It’s amazing how Malick liberates Townshend as an artist,  who is equally fascinated by the relationship between music and visual art specific to film –Townshend was a music licensee on Terrence Malick’s Palme d’Or winning film The Tree Of Life; this is where he received his first significant recognition. Since then, Townshend has continued composing for many feature films, including working as the composer on Malick’s recent film To The Wonder.

Townshend’s music reflects the broad background of inspiration from which he draws – the poetic soundscapes of his Texas (where Malick was also born), the eager patterns of popular music, and the refinement of classical training and studies in art composition. Because of this, he has a penchant for approaching film music from a less conventional perspective and producing clever, memorable pieces that support just as much the picturesque as they do the auditory experience.

Knight of Cups’ spiritual meditation forms the next chapter of A New World, Tree Of Life and To The Wonder.

Tree Of Life unfolded symphonically, like a piece of music divided into movements, or the limbs of a towering tree, tracing the evolution of a single life – that of a man who tries to square a series of lingering questions about his father’s anger, his mother’s love, his brother’s death, and his own struggles with meaning and faith.

To the Wonder was a compelling poetic exploration of love, the demise of humanity and spiritual and physical infidelity.

With A New World we gracefully discovered new territories and cultures, with Tree of Life Malick took us into the heart of creation and the soul of a family, and with To The Wonder he gave us an exceptional opportunity to scrutinize different aspects of love, being loved, intimacy and the sanctimony of human relationships and between us and the world we live in.

Knight of Cups 3

Cate Blanchett and Christian Bale

With Knight of Cups Malick evolves as an artist, never allowing the narrative to dictate or manipulate his artistry, or impede its infinite magnitude.

Although there is a story imbedded in a story told to Rick by his father – that of a young prince whose father, the king of the East, sent him down into Egypt to find a pearl. But when the prince arrived, the people poured him a cup. Drinking it, he forgot he was the son of a king, forgot about the pearl and fell into a deep sleep – and we follow Rick’s journey to fulfillment, Knight of Cups is not about the story, but about the emotions that flow out of the interaction between characters, allowing us to feel the emotion, rather than someone telling us how we should react.

Knight Of Cups is definitely not your usual cinematic experience; this is film that dares to slice the human condition open and allows emotions to bleed into our own existence.

It’s incredible to experience the end result of the intimate and unusual working relationship Malick has with his actors.

He allows his actors to become completely vulnerable by being present in the moment of each thought and action, like blindfolded children meandering through an enchanted forest.

This unique approach to filmmaking creates an honesty that connects with our own reality; we view film through the filter of our own experiences, and get lost in its maze of hypnotic allusions.

When questions surface like: ‘’Am I dreaming?’’ or ‘ ’What am I searching for?’’, you often wonder whether or not is is yourself asking the question, or the characters?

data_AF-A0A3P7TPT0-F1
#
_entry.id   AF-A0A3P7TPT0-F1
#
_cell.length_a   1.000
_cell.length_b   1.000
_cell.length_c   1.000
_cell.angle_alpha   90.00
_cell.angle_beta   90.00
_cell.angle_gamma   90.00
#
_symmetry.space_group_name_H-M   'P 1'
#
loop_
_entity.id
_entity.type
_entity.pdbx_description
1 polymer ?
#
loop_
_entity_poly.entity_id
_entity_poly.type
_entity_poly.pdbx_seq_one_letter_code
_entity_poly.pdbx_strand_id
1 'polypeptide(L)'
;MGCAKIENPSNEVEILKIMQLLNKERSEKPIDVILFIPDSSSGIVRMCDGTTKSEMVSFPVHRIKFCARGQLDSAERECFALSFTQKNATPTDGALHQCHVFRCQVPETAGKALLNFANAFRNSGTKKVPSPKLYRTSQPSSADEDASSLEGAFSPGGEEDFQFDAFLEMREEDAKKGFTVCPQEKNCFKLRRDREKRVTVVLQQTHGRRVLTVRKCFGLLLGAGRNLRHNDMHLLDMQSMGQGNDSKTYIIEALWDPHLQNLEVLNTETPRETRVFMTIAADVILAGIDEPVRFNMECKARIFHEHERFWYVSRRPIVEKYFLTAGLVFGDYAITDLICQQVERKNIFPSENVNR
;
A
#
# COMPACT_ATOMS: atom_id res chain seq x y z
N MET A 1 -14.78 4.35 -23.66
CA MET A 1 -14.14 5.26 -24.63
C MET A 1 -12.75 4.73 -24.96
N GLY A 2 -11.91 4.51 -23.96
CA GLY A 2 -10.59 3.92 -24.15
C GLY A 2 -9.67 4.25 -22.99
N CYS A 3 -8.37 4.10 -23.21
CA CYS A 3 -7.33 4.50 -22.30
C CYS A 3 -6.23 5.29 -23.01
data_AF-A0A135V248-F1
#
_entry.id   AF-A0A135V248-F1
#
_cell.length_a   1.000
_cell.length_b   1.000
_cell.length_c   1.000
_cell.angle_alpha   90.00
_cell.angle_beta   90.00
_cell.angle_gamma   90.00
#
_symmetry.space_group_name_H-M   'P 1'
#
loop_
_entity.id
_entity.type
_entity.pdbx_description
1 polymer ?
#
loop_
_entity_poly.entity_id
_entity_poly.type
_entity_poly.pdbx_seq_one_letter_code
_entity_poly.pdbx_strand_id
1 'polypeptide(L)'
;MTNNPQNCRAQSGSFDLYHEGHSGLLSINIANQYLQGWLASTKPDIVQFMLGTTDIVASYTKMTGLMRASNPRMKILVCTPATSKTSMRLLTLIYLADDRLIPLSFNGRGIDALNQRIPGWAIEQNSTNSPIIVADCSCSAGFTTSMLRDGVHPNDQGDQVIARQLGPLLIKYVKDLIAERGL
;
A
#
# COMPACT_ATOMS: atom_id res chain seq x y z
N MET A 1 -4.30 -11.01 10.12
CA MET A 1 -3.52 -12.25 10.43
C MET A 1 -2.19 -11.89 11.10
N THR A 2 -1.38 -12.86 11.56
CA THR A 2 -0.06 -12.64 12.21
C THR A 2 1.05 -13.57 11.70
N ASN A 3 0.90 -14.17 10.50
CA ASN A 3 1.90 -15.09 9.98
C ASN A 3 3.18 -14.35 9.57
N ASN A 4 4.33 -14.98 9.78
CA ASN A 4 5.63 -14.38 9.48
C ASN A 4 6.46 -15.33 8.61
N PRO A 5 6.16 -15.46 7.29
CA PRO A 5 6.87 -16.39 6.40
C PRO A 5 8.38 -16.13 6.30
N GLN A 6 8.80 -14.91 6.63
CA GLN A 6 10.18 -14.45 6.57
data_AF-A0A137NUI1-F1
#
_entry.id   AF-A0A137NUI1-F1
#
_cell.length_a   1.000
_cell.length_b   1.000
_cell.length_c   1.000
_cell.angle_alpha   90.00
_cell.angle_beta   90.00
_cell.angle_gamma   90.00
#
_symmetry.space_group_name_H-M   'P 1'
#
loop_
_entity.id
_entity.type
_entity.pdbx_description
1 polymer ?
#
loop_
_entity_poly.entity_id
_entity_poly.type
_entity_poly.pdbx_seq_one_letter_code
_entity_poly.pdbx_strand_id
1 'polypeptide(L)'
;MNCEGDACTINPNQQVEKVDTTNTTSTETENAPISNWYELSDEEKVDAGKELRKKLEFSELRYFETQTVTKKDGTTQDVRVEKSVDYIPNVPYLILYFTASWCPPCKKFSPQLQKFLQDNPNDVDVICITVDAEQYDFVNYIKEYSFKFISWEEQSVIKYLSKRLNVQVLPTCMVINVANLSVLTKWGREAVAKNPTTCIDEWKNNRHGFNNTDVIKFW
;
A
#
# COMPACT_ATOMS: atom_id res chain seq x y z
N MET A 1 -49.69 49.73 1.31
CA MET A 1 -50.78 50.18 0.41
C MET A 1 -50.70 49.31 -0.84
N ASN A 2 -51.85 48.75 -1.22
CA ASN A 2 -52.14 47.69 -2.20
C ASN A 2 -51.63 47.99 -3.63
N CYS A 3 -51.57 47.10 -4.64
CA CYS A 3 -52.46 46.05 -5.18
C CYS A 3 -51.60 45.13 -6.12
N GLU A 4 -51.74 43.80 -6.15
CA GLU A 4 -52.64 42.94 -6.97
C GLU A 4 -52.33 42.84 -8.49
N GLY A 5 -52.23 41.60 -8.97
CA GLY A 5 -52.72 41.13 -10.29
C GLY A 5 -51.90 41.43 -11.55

In a sense, we become the film and part of its fictional reality, and the film merely becomes a projection of our own existence.

Meaning becomes meaningless when the realization occurs that everything is about the now, about how we should live in the present and make the most of our lives and those who enter our arena of humanity.

Malick profoundly reveals how we as individuals matter in the bigger scheme of things, and that it is sometimes better to simply enjoy life for what it is, and try and suffocate it with unnecessary reason.

In Knight of Cups, Bale is very much grounded in an austere reality, dressed immaculately in black like a priest ready to take confession; it is the world that surrounds him that becomes ridiculous – a woman wearing a tutu and a unicycle cycling up the road, a Mary Antoinette like character wandering through the deserted streets of a film set, strippers seductively seducing their amorous admirers, children playing only as children can, traffic battling traffic, or even a dog desperately trying to grab hold of a ball doddering in a pool.

It’s this frenetic and sometimes surreal imagery of a world spinning out of control – with editors Geoffrey Richman, Keith Fraase, and A.J Edwards skillfully fusing Emmanuel Lubezki’s photography – that forces Knight Of Cups to come to a standstill, wrapped in a protective celluloid cocoon.

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Natalie Portman

After watching Knight of Cups you feel cleansed of commercialism, as Malick purges the conventions and notions of how film should be told and in a way, continue to reinvent himself as a creative being.

The artist and artisan enter a new realm of exploration, experimenting with endless new inspired possibilities, just like the cavemen carved out their dreams on a rock to preserve their imaginings.

Film is ultimately an art that communicates thoughts and ideas through created imagery and sound.

Malick is indeed a ‘Knight of Cups’ and ‘Prince of Dreams’, constantly creating new ways of communicating, celebrating the gift of creation, and cherishing the talent for expressing the kingdoms of make-believe and the imagination.

He makes it clear that anything is possible if you dare to dream, and that nothing is impossible if you ignite your imagination.

It is this definitive freedom that allows a film like Knight of Cups to breathe its own life, and allows it to be without rhyme or reason, but filled with a significant truth that gives meaning to our existence and our reason for wanting to celebrate life to its fullest extreme.